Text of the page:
Article

Asparagus racemosus Willd (Liliaceae) ameliorates early diabetic nephropathy in STZ induced diabetic rats.

Department of Pharmacology, Smt. Kashibai Navale College of Pharmacy, Pune 411 048, India.
Indian journal of experimental biology (Impact Factor: 1.2). 07/2012; 50(7):469-75.
Source: PubMed

ABSTRACT Diabetic nephropathy is a major "microvascular" complication of diabetes, differs from other causes of chronic kidney diseases in its predictability, with well-defined functional progression from hyperfiltration to micro- to macroalbuminuria to renal failure. The present study was undertaken to investigate the effect of Asparagus racemosus Willd (Liliaceae) on streptozotocin-induced early diabetic nephropathy. Single i.p injection of streptozotocin (55 mg/kg) was administered to induce early diabetic nephropathy in Wistar rats and thereafter treated orally with ethanolic extract of Asparagus racemosus (EEAR) at a dose level of 100 and 250 mg/kg daily for 4 weeks. The efficacy of extract was compared with diabetic control rats. A. racemosus treatment significantly decreased plasma glucose, creatinine, urea nitrogen, total cholesterol and triglyceride levels. Renal hypertrophy, polyuria, hyperfiltration, microalbuminuria and abnormal changes in the renal tissue as well as oxidative stress were effectively attenuated by EEAR treatment. Basement membrane thickening and mesangial proliferation formation without nodules were seen in diabetic rats, whereas these structural changes were reduced in EEAR treated groups. Results of this study suggested that A. racemosus has beneficial effect in the treatment of diabetic

0 Bookmarks
 · 
202 Views
  • Source
    [Show abstract] [Hide abstract]
    ABSTRACT: Long term hyperglycemia leads to development of complications associated with diabetes. Diabetic complications are now a global health problem without effective therapeutic approach. Hyperglycemia and oxidative stress are important components for the development of diabetic complications. Over the past few decades, herbal medicines have attracted much attention as potential therapeutic agents in the prevention and treatment of diabetic complications due to their multiple targets and less toxic side effects. To review current available knowledge of medicinal herbs for attenuation or management of diabetic complications and their underlying mechanisms. Bibliographic investigation was carried out by scrutinizing classical text books and peer reviewed papers, consulting worldwide accepted scientific databases (SCOPUS, PUBMED, SCIELO, NISCAIR, Google Scholar) to retrieve available published literature. The inclusion criteria for the selection of plants based upon all medicinal herbs and their active compounds with attributed potentials in relieving diabetic complications. Moreover, plants which have potential effect in ameliorating oxidative stress in diabetic animals have been included. Overall, 238 articles were reviewed for plant literature and out of the reviewed literature, 127 articles of were selected for the study. Various medicinal plants/plant extracts containing flavonoids, alkaloids, phenolic compounds, terpenoids, saponins and phytosterol type chemical constituents were found to be effective in the management of diabetic complications. This effect might be attributed to amelioration of persistent hyperglycemia, oxidative stress and modulation of various metabolic pathways involved in the pathogenesis of diabetic complications. Screening chemical candidate from herbal medicine might be a promising approach for new drug discovery to treat the diabetic complications. There is still a dire need to explore the mechanism of action of various plant extracts and their toxicity profile and to determine their role in therapy of diabetic complications. Moreover, a perfect rodent model which completely mimics human diabetic complications should be developed.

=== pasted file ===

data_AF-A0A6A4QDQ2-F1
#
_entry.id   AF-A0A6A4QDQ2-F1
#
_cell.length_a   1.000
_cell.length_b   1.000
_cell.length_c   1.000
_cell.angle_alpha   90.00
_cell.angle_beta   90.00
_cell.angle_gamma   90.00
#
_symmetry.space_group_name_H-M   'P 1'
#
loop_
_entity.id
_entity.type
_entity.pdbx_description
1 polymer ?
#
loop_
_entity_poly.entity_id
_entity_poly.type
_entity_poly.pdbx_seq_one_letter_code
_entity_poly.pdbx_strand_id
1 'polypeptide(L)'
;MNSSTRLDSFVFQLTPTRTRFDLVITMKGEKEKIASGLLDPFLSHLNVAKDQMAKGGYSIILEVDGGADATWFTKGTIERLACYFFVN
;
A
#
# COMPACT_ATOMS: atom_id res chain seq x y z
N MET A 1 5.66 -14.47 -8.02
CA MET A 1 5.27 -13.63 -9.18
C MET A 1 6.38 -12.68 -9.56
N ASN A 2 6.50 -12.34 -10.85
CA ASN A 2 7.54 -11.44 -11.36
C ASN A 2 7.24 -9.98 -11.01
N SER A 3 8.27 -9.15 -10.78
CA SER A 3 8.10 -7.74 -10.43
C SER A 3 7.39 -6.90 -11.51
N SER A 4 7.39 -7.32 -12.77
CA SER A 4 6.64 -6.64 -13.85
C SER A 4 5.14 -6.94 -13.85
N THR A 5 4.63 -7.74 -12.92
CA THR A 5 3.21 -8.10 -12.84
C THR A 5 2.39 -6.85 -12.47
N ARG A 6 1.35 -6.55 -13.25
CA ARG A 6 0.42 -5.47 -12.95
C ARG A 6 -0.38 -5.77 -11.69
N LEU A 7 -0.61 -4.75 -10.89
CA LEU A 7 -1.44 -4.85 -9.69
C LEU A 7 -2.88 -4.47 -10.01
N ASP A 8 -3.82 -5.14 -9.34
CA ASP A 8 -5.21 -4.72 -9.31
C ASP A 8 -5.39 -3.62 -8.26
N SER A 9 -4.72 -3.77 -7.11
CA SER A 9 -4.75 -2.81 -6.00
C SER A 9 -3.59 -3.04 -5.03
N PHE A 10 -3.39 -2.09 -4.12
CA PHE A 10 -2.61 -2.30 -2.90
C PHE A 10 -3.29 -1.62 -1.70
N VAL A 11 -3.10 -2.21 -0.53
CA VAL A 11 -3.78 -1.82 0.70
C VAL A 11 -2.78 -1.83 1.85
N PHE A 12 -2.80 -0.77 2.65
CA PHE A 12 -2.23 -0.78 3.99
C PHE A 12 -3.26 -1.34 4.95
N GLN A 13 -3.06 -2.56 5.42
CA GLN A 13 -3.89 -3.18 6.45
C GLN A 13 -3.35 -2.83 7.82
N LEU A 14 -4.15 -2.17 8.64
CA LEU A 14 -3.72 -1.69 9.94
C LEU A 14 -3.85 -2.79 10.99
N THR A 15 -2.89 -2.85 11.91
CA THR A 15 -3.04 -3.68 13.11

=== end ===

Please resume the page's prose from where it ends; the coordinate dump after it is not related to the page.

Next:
Journal of ethnopharmacology 09/2013; · 2.32 Impact Factor
  • Source
    Pharmaceutical Crops. 11/2014; 5(Suppl 1: M4):39-60.

Full-text (2 Sources)

Download
6 Downloads
Available from
Dec 6, 2014